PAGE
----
Regular physical activity is a key way to prevent disease. However, we have a limited understanding of the socioeconomic precursors and glucoregulatory sequelae of engaging in physical activity in different domains.
We examined the associations among life course socioeconomic disadvantage; meeting the physical activity guidelines with leisure-time physical activity, occupational physical activity, or household physical activity; and prediabetes and diabetes in the Midlife in the United States national study (N = 986).
Childhood disadvantage was associated with lower odds of meeting the guidelines with leisure-time physical activity (odds ratio = 0.75; 95% confidence interval, 0.65–0.86). Adulthood disadvantage was associated with higher odds of meeting the guidelines with occupational physical activity (odds ratio = 1.94; 95% confidence interval, 1.49–2.53). Importantly, while meeting the guidelines with leisure-time physical activity was associated with lower odds of prediabetes and diabetes, we found no evidence for associations among occupational physical activity, household physical activity, and glucoregulation.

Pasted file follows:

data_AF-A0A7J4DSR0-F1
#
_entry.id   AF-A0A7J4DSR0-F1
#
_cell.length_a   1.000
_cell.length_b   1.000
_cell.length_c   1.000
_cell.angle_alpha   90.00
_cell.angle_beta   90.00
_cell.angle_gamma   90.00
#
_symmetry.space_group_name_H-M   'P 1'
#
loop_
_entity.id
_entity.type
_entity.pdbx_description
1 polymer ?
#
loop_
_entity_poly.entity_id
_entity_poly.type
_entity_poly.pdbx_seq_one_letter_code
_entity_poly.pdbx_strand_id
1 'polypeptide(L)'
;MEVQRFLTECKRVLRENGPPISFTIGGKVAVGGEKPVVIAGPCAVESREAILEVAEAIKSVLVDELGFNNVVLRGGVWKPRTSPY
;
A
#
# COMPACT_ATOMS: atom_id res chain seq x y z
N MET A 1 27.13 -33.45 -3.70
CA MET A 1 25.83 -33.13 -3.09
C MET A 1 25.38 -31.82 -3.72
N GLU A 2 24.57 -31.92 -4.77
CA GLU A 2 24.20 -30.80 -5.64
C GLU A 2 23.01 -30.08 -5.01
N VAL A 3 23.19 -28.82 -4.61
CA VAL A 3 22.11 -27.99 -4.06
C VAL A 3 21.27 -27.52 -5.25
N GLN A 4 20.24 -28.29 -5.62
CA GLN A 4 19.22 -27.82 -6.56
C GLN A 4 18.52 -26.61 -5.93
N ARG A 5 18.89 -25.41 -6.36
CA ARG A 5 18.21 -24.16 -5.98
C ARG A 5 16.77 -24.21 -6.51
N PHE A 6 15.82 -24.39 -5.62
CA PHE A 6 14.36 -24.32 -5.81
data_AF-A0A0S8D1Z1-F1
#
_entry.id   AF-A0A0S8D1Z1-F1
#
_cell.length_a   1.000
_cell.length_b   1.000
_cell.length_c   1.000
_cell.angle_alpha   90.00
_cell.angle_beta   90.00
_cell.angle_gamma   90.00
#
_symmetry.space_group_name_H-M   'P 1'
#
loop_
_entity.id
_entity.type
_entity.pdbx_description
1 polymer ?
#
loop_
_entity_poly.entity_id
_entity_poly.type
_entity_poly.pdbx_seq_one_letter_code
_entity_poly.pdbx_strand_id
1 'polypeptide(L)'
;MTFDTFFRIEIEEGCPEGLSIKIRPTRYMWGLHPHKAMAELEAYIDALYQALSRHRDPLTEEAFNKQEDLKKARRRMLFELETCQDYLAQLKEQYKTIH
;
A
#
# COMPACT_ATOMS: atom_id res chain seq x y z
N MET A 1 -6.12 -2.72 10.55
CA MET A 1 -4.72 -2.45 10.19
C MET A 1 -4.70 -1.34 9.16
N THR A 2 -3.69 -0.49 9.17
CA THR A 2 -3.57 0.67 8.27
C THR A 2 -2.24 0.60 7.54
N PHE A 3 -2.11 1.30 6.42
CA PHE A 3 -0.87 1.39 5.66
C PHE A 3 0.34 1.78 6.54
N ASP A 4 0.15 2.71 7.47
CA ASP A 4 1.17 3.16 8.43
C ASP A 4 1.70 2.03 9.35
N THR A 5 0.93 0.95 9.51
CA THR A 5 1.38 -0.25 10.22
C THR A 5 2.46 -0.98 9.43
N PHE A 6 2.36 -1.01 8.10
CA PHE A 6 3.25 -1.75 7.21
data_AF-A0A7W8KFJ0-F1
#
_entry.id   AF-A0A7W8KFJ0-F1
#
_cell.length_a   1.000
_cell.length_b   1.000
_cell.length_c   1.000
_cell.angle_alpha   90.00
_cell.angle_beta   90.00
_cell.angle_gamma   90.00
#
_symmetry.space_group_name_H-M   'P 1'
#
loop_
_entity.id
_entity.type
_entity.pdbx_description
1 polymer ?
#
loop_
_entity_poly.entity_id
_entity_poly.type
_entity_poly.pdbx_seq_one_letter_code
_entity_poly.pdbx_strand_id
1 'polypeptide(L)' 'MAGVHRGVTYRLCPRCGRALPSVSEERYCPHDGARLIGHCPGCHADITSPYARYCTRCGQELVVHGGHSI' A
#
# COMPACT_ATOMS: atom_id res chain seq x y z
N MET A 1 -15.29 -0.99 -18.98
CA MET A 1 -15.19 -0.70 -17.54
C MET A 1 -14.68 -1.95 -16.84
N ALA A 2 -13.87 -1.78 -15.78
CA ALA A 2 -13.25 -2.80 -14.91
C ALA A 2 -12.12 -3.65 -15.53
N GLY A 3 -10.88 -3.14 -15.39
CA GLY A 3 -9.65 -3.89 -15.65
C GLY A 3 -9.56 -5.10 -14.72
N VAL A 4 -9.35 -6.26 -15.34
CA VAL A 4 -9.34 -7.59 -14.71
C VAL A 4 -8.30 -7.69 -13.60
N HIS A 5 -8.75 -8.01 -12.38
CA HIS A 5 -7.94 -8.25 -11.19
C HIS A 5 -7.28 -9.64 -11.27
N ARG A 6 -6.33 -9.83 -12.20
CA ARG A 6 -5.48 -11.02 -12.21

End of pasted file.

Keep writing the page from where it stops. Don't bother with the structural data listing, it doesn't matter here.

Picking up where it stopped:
Current US physical activity guidelines do not differentiate between physical activity for leisure or work, assuming that physical activity in any domain confers comparable health benefits. We documented important differences in the associations among lifetime socioeconomic disadvantage, physical activity domain, and diabetes, suggesting that physical activity domain potentially belongs in the guidelines, similar to other characteristics of activity (eg, type, intensity).